10.18.2010 1

Lieberman the Kingmaker? Think Ben Nelson Instead

Speculation is running rampant on Capitol Hill that Connecticut Senator, McCain for President supporter, Joe Lieberman could be the tie-breaking vote on who is in control of the Senate if the Senate ends up with a 50-50 split after November 2nd.

The highly respected congressional newspaper, The Hill, even goes so far as to have a front page headline heralding Lieberman as a likely “Kingmaker.” While the author of the story, J.T. Rushing has proven to be a reliable reporter on Senate issues in the past, he is missing the boat by a wide mile on this story.

Lieberman will not become a Republican, and he will not conference with the Republicans to make a majority.

Remember that Lieberman was defeated in the Democratic Party primary in 2006, and won his seat through an Independent bid, where he cobbled together Democrat, Independent and Republican supporters to defeat the D.C. Democratic establishment that threw in behind his opponent. Then Lieberman essentially rejoined these very same Democratic colleagues in 2007.

In 2008, Lieberman joined John McCain on the campaign trail in his failed presidential bid, and after the election, he once again fell into the arms of Harry Reid.

Joe Lieberman is the ultimate tease — he shows a little leg, but never delivers for Republicans.

However, the real wild card in the Senate sweepstakes is Nebraska’s Ben Nelson. Nelson has actually voted with Republicans on a number of spending and policy issues over the course of the past year, as he tries to make amends to his dark-red state constituents for his disastrous vote and horse trading on ObamaCare.

If Nelson hopes to get re-elected in 2012, he cannot cast his first vote in 2011 for far left Illinois Senator Dick Durbin for Majority Leader. To do so would essentially be the equivalent of sending a news release announcing his retirement.

On many recent Senate votes, Harry Reid has seemingly almost written off Nelson’s vote, and has focused upon getting the two Republican Senators from Maine instead.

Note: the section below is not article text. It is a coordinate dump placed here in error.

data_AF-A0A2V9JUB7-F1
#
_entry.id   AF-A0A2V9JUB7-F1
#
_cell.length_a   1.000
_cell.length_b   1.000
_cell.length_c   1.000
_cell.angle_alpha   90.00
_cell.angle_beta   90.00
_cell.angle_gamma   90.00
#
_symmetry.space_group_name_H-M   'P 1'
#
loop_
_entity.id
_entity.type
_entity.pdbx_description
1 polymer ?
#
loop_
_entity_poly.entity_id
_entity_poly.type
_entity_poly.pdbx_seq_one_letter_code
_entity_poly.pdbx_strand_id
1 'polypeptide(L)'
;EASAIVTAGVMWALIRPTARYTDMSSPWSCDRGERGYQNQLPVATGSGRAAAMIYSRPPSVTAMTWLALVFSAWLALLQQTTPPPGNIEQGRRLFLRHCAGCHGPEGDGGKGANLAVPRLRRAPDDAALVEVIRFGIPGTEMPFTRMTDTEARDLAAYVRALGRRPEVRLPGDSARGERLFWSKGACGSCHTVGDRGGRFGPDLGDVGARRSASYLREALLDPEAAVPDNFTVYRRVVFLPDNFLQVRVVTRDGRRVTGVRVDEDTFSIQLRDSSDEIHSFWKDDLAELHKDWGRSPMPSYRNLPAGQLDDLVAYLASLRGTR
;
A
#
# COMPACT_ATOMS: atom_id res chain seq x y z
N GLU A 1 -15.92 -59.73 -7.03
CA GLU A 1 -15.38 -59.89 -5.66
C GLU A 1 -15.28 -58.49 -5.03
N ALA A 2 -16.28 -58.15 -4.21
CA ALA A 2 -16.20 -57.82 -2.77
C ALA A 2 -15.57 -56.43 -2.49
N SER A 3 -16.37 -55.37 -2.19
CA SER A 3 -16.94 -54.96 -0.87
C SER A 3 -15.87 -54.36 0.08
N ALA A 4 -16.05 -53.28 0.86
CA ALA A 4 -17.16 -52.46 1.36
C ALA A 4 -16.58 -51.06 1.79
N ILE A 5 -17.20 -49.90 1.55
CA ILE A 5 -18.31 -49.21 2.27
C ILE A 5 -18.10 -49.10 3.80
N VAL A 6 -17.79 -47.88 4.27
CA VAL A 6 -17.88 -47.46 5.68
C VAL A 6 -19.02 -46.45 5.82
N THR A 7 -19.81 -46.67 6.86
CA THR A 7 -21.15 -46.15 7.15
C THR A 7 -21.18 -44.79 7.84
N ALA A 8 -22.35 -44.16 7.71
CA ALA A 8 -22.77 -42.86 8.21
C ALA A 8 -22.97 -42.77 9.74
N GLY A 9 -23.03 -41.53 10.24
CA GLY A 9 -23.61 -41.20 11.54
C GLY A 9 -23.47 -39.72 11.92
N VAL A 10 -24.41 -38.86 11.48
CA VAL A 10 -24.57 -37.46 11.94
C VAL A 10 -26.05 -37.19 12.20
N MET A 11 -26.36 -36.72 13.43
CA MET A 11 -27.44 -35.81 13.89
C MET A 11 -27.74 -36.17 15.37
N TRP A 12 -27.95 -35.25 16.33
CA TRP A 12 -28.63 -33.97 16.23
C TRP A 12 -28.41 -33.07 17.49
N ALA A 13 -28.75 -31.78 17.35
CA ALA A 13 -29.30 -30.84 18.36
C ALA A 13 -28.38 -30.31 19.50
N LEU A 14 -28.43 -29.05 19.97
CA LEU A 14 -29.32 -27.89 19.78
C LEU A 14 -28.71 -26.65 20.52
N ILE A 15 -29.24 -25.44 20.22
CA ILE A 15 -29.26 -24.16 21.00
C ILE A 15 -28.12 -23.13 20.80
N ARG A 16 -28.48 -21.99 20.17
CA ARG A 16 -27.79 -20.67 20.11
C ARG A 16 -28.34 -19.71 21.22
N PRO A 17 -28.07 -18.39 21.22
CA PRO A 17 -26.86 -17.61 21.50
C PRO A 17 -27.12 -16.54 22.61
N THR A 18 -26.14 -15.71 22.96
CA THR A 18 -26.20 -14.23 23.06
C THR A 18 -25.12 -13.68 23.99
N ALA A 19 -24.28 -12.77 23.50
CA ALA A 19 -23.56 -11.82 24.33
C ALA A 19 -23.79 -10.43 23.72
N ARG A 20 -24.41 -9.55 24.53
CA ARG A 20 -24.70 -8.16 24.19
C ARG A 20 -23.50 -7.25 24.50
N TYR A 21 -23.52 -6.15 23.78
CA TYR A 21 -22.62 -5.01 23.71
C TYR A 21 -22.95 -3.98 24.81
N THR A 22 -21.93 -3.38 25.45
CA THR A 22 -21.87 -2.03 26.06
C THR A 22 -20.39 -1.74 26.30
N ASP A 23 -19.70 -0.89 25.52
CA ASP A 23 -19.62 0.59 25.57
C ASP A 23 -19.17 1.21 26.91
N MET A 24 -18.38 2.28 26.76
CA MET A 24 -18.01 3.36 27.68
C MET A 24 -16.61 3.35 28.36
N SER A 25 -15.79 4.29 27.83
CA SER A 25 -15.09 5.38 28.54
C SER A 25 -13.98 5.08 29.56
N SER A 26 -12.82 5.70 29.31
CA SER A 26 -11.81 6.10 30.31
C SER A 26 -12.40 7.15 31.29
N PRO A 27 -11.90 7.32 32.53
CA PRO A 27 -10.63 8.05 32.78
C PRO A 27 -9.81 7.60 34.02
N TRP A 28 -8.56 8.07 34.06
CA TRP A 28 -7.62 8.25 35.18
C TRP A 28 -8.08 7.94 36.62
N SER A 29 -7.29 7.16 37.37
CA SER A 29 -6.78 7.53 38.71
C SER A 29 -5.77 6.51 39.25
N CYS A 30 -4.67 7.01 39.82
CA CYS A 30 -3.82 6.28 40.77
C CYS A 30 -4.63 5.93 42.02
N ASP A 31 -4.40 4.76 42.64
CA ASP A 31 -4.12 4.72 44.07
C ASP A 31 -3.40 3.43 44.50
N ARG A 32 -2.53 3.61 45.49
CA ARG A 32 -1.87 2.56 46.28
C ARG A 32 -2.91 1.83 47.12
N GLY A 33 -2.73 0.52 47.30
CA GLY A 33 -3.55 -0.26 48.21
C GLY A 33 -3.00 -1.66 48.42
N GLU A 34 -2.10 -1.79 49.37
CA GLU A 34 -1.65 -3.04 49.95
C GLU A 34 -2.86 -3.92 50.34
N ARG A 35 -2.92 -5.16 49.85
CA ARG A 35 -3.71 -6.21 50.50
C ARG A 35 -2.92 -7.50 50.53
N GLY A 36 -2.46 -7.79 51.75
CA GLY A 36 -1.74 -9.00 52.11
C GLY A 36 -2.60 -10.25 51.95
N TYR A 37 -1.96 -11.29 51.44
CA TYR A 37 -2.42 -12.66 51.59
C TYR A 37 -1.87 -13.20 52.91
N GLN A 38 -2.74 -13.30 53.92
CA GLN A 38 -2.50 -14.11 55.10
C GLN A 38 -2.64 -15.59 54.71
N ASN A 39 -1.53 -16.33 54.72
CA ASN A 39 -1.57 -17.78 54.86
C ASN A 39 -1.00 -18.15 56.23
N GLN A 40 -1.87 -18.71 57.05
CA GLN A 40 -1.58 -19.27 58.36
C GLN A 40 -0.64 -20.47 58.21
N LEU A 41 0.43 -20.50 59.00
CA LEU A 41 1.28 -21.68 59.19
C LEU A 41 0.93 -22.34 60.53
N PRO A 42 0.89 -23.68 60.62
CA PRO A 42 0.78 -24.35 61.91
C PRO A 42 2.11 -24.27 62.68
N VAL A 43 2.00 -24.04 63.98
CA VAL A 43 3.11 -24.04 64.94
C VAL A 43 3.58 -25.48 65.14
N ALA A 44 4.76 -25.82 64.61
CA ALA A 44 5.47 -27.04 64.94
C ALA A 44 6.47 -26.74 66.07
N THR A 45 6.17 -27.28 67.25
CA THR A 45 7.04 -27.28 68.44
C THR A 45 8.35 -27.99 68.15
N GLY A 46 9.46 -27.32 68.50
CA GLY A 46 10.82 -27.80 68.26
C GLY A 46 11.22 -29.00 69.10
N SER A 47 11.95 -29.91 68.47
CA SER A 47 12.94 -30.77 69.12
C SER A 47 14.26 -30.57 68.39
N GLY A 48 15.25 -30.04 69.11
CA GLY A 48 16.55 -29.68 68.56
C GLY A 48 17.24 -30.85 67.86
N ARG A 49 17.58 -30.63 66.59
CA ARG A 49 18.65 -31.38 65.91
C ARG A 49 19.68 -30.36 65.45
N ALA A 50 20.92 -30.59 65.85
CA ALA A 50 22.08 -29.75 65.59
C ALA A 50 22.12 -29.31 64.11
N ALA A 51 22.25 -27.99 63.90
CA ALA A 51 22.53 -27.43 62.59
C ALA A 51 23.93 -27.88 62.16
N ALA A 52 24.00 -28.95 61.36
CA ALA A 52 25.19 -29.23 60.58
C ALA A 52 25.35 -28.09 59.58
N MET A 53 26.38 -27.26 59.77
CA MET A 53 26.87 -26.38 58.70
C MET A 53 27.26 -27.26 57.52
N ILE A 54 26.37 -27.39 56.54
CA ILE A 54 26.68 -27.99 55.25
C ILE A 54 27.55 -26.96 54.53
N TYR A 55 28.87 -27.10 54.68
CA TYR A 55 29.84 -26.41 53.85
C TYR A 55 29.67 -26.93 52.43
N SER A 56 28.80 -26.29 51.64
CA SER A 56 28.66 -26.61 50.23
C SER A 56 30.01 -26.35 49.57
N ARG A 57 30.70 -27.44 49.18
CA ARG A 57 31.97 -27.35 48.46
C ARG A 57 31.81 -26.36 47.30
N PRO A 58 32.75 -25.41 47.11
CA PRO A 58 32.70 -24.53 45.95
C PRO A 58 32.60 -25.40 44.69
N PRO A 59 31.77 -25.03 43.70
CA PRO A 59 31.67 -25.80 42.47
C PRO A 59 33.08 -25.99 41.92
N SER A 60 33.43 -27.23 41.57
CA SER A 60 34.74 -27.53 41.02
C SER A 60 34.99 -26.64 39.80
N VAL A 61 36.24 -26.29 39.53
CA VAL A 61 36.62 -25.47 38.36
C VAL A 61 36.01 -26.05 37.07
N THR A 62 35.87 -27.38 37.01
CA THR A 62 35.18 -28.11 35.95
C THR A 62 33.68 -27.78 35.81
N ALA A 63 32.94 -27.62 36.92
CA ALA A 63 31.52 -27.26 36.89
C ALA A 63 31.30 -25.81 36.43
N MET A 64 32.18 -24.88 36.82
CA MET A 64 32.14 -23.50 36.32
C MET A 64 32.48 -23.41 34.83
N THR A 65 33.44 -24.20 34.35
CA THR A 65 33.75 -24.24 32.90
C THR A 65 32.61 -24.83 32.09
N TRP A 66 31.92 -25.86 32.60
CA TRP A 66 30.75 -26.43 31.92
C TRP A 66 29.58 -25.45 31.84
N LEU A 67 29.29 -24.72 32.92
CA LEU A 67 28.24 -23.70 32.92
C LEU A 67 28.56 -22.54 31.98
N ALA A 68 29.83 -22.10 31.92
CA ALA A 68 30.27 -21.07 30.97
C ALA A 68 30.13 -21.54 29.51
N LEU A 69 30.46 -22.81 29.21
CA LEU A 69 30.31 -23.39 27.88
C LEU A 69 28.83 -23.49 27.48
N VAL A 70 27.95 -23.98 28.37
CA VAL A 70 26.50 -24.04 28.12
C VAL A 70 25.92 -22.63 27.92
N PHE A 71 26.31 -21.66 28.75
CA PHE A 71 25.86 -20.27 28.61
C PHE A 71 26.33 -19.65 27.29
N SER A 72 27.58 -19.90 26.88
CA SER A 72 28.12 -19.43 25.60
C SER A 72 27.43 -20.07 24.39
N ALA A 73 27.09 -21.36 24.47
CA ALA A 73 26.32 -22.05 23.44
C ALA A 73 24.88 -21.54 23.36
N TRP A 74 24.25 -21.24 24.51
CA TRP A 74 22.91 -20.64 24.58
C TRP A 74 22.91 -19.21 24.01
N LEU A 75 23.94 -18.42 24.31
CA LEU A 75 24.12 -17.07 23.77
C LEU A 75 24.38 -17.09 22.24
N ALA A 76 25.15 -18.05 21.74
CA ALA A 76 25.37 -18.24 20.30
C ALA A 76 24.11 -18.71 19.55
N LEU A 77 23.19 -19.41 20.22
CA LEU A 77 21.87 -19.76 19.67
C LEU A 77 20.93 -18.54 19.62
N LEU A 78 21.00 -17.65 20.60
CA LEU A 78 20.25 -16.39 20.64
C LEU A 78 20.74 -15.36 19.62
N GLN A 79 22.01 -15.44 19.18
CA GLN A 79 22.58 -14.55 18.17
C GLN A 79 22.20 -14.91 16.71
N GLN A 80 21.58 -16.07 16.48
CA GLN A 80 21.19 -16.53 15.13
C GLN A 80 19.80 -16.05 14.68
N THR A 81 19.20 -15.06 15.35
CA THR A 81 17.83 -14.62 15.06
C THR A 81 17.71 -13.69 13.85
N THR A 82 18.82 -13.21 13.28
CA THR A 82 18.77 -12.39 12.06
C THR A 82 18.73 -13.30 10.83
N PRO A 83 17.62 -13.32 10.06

Nelson has voted against Big Labor in opposing Craig Becker’s nomination to the National Labor Relations Board. He voted against Big Green when supporting Lisa Murkowski’s attempt to stop the EPA from using the Clean Air Act to excessively regulate all American industry under the guise of “global warming”. Nelson supported funding the war, a direct rebuke to the MoveOn/socialist wing of the Democratic Party.

While Ben Nelson still has to account for both his ObamaCare and Financial Services takeover votes, if any sitting Senator is likely to switch sides of the aisle, and vote for Mitch McConnell for Majority Leader it is Ben Nelson.

Obviously, this kind of talk about majorities is premature, but a 50/50 split in the Senate is becoming more of a possibility. Currently the Republicans hold 41 seats and the Democrats hold 59. According to RealClearPolitics, of the seats that are up for election, the Republicans are heavily favored to win Democrat seats in North Dakota, Indiana and Arkansas with the Democrat seats in Pennsylvania and Wisconsin leaning toward the Republican candidate. This puts the Republicans at 46 seats to 54 for the Democrats.

Tossup races in the currently held Democratic states of California, Colorado, Illinois, West Virginia and Nevada combined with the still closely contested Democrat seats in Washington state and Connecticut makes the 50/50 scenario at least plausible, particularly with no seats currently held by a Republican in danger.

If you wake up on November 3rd, and discover a tie in the Senate, expect Ben Nelson, not Joe Lieberman to become the most popular person in D.C. Of course, the Democrats are old hat at this game, and they will target Olympia Snowe and Susan Collins as potential party switchers. Somehow, I suspect they will be stymied in this effort by two words: Arlen Specter. He switched parties and lost a Democratic primary in spite of the best efforts of the D.C. Democratic establishment.

While all this palace intrigue makes most Americans somewhat sick to their stomach, the behind-the-scenes action during the lame duck session may be less about what bills pass, and more about who sits in the Senate majority in 2011. Pundits will have a field day, and the rest of America will just shake their heads.

Rick Manning is the Director of Communications for Americans for Limited Government.

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